For those who live in the midst of the world and yet strive for true virtue, it is necessary to ally themselves to one another by a holy and sacred friendship through which they stimulate, assist and encourage each other toward good.Those who walk on level ground do not need to hold hands, but those who climb steep and slippery roads need to hold on to each other in order to progress more securely.” -St. Francis de Sales

Come and visit Meadows of Grace for some good book suggestions…..



A masterpiece that combines the visions of four great Catholic mystics into one coherent story on the life of the Blessed Virgin Mary. Based primarily on the famous revelations of Ven. Anne Catherine Emmerich and Ven. Mary of Agreda, it also includes many episodes described in the writings of St. Bridget of Sweden and St. Elizabeth of Schenau. To read this book, therefore, is to share in the magnificent visions granted to four of the most priviledged souls in the history of the Church.

In complete harmony with the Gospel story, this book reads like a masterfully written novel. It includes such fascinating details as the birth and infancy of Mary, her espousal to St. Joseph and her Assumption into Heaven where she was crowned Queen of Heaven and Earth.

For young and old alike, The Life of Mary As Seen by the Mystics will forever impress the reader with an inspiring and truly unforgettable understanding of the otherwise unknown facts concerning Mary and the Holy Family. Imprimatur.

He was called the man of his age, the voice of his century. His influence towered above that of his contemporaries, and his sanctity moved God himself. Men flocked to him–some in wonder, others in curiosity, but all drawn by the magnetism of his spiritual gianthood. Bernard of Clairvaux–who or what fashioned him to be suitable for his role of counseling Popes, healing schisms, battling errors and filling the world with holy religious and profound spiritual doctrine? Undoubtedly, Bernard is the product of God’s grace. But it is hard to say whether this grace is more evident in Bernard himself or in the extraordinary family in which God choose to situate this dynamic personality. This book is the fascinating account of a family that took seriously the challenge to follow Christ… and to overtake Him. With warmth and realism, Venerable Tescelin, Blesseds Alice, Guy, Gerard, Humbeline, Andrew, Bartholomew, Nivard and St. Bernard step off these pages with the engaging naturalness that atttacks imitation. Here is a book that makes centuries disappear, as each member of this unique family becomes an inspiration in our own quest of overtaking Christ.

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Feast of the Ascension – History and Liturgy

by Father Frank Weiser, Handbook of Christian Feasts and Customs

On Thursday of the sixth week after Easter ( forty days after Easter Sunday ), the Church celebrates the Feast of the Ascension. According to the Bible, on that day the Lord commissioned His Apostles to preach the Gospel to all nations; then, having blessed them, “He was lifted up before their eyes, and a cloud took him out of their sight” ( Acts 1, 9).

ORIGIN • The feast is of very ancient origin. As a mere commemoration of the event it certainly dates from apostolic times, since he Bible expressly mentions the day and its happenings. However, it seems that the Ascension was not celebrated as a separate festival in the liturgy of the Church during the first three centuries, but was included in the Feast of Pentecost.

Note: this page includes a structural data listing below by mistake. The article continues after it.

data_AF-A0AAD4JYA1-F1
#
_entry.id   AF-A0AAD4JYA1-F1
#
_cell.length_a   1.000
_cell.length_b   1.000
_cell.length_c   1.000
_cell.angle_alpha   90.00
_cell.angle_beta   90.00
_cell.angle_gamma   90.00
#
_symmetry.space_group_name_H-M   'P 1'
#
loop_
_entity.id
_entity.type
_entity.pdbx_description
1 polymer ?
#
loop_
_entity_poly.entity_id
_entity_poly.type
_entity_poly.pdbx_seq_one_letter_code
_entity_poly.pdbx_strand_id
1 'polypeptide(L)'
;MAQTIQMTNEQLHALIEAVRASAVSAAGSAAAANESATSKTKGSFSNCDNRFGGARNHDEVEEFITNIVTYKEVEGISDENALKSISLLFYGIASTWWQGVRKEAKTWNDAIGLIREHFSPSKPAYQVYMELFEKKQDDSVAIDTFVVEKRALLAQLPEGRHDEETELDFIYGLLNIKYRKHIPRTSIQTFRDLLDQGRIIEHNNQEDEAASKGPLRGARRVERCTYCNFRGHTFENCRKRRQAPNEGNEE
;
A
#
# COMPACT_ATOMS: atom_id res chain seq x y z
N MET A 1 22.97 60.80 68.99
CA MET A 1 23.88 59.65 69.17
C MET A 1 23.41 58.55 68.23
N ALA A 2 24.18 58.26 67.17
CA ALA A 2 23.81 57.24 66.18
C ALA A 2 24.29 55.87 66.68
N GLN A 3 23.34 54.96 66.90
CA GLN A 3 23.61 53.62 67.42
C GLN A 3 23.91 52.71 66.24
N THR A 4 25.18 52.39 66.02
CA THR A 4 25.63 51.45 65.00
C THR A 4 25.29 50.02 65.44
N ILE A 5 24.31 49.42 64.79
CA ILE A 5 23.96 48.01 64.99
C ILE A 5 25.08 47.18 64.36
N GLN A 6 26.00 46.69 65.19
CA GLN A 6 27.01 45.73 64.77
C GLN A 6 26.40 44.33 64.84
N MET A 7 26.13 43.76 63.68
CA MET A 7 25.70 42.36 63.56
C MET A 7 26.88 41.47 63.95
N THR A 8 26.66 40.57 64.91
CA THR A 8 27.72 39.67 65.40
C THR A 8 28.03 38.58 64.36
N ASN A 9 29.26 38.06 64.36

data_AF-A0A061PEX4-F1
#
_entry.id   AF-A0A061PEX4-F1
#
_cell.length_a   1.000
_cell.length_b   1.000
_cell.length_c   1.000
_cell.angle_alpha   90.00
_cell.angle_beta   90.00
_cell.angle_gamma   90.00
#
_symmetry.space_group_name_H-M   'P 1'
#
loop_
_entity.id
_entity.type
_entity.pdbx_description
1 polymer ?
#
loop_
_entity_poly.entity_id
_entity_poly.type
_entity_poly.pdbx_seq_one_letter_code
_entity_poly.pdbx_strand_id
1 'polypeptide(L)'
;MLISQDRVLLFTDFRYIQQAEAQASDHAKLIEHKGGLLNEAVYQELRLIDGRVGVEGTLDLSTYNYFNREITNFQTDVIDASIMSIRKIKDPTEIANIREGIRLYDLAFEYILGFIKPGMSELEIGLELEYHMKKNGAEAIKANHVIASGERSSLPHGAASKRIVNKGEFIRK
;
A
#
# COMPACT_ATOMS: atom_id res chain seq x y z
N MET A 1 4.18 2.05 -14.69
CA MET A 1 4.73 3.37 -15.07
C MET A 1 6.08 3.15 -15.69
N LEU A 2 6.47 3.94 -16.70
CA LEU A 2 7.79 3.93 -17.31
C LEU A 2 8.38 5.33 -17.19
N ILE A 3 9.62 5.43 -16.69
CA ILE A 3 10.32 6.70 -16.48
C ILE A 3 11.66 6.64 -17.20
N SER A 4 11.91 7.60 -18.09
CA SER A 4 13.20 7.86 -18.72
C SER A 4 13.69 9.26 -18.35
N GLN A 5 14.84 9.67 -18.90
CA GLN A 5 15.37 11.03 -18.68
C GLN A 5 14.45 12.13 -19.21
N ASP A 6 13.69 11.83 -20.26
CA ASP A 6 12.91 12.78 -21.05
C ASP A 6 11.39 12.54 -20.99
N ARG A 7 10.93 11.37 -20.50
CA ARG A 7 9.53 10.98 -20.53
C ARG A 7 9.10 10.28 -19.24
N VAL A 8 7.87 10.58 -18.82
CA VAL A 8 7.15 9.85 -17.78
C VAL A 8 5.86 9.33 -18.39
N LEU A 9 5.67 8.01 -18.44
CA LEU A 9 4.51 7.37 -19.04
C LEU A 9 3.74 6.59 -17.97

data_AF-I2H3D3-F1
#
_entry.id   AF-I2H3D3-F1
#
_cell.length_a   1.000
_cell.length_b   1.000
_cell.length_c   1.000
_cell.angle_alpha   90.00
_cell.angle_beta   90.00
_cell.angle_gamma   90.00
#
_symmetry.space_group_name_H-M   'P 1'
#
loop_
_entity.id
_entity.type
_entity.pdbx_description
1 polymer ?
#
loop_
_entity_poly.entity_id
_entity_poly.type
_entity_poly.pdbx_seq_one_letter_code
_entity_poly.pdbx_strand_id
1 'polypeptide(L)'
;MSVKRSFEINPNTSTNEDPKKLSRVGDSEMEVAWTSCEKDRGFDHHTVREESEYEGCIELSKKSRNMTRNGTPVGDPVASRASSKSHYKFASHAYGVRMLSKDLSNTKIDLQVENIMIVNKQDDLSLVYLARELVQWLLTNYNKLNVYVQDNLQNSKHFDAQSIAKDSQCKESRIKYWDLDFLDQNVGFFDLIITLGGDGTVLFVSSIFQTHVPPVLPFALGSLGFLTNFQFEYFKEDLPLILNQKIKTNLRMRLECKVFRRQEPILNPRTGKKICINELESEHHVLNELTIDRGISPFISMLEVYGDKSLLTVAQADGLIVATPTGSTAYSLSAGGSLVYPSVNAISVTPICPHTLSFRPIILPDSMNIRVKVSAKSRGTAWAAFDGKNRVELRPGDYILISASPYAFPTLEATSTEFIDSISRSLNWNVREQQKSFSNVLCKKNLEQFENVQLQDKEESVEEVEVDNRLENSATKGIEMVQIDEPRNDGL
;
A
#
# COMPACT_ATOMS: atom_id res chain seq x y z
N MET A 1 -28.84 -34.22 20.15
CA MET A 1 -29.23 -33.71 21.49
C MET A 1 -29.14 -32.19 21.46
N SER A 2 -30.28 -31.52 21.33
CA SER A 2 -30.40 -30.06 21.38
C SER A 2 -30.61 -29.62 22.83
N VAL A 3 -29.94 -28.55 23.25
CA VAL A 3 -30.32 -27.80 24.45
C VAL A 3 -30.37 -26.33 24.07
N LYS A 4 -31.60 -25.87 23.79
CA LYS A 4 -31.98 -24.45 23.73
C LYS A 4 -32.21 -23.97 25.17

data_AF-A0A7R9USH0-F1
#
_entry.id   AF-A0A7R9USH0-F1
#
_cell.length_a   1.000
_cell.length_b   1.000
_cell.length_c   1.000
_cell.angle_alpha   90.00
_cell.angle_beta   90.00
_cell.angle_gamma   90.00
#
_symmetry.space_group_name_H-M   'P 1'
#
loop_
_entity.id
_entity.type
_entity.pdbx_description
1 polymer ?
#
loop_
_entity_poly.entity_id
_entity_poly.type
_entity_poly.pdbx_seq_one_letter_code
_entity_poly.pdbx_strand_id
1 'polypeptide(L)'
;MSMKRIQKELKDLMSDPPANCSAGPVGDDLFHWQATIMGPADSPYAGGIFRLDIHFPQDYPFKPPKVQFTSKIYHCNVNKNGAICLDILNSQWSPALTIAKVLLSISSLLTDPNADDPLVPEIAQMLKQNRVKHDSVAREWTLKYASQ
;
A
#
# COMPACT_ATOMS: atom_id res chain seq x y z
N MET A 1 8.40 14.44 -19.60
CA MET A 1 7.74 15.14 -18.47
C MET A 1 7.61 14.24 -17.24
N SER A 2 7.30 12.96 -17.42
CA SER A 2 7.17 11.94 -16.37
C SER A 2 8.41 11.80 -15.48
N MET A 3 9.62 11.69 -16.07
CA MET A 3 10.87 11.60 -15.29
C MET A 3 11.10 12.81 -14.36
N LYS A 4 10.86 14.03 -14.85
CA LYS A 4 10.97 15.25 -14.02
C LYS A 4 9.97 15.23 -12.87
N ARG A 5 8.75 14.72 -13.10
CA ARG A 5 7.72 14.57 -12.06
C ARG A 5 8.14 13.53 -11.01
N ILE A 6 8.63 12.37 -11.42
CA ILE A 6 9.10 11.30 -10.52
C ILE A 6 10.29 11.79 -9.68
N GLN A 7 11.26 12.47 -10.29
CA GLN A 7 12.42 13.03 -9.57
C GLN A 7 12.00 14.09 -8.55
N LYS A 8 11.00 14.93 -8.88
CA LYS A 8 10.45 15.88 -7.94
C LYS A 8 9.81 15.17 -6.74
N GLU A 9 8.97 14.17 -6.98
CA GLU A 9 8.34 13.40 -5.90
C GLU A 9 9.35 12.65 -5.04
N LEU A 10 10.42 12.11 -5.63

The first one to mention it as an established and separate feast is Eusebius, Bishop of Nicomedia (341) At the end of the fourth century it was universally celebrated in the whole Roman Empire. Saint Augustine (430) attributed its origin to the Apostles themselves, probably because by his time it already was of such high traditional standing that it ranked with the greatest liturgical celebrations. He mentions as “solemn anniversaries” of the Lord the “Passion, Resurrection and Ascension, and the coming of the Holy Spirit.”

In the Greek Church, Saint Gregory of Nyssa (394) and Saint John Chrysostom (407) preached sermons on Ascension Day, which proves that at the end of the fourth century the feast was well established in the East, too.

From those early centuries the festival has remained a holyday of obligation up to this day.

CELEBRATION OF THE FEAST • As with the other feasts of the Lord, the early Church celebrated not so much the memory of the historical event of Christ’s ascension, but its theological significance. Saint John Chrysostom expressed it in these words: Through the mystery of the Ascension we, who seemed unworthy of God’s earth, are taken up into Heaven. . . . Our very nature, against which Cherubim guarded the gates of Paradise, is enthroned today high above all Cherubim.”

A similar thought is expressed in the words of the festive Preface in the Mass: “Christ was lifted up to Heaven to make us sharers in His divinity. ”

Perhaps the same theological aspect, in preference to the merely historical one, explains the interesting fact that in Jerusalem the earliest celebration of Ascension Day (in the fourth century) was not held on the Mount of Olives (although Saint Helena had built a splendid basilica there ), but in the Church of the Nativity in Bethlehem, as if the end of Christ’s visible presence on earth would have to be honored in the very place of its beginning.” By the eight century, however, the Ascension feast in Jerusalem was solemnly kept on the Mount of Olives.”